Home Geography Climate Change Adaptation in Pacific Countries: Fostering Resilience and Improving the Quality of Life
Concurrent Convergence Parallel Triangulation Design
This study used an integrated mixed method design that was model generating. Data from both quantitative and qualitative studies were converged and then merged. For the quantitative study, information was collected on the impact of climate change on livelihoods, health and well-being among Tongans age 15-75 via a self-administered questionnaire. The survey was administered by local villagers, who were trained by the researcher in the local language in order to facilitate the data collection processes. This ensured information and perception bias were minimized.
Concurrent with the quantitative study, qualitative studies were also implemented. Information was gathered via: in-depth interviews (IDI), information interview (II) and Focus Group Discussion (FGD). Documents from the government, NGOs, international and regional organisations were also collected for supplementary information. After the completion of the data collection, data were then translated into English and analysed using a Computer-Assisted Quantitative and Qualitative Data Analysis Software Packaging (CAQQDASP), by the researcher for validity and reliability (Havea et al. 2016; Creswell and Plano Clark 2007, 2011).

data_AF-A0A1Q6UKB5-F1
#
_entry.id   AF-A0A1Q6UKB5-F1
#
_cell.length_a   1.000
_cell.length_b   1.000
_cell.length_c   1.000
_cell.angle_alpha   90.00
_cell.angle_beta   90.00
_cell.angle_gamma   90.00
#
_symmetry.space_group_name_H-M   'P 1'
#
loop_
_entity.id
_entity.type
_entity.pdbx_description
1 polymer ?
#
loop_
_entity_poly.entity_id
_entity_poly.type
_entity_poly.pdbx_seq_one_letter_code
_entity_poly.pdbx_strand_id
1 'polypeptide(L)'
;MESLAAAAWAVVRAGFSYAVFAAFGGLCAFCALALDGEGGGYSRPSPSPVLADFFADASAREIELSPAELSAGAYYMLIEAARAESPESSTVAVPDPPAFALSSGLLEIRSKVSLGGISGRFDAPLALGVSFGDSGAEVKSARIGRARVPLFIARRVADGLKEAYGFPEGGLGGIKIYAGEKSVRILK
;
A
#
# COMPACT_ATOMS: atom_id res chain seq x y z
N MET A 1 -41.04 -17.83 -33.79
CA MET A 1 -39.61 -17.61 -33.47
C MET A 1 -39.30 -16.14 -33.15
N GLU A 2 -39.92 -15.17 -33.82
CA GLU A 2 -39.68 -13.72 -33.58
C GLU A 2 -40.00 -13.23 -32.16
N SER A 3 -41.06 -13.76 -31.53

This type of mixed method design is called “Concurrent Convergence Parallel Triangulation Design” because data is collected over the same timeframe (concurrent), and merged using convergence design, then it is equally weighted (parallel) and multiple methods were employed to examine same issues (triangulation). All efforts have been put into minimizing bias in this study. The result is that a model was formulated: ‘impact and adaptation’, that would help these communities make more effective choices in their sustainable efforts in future (Havea et al. 2016; Creswell and Plano Clark 2007, 2011).
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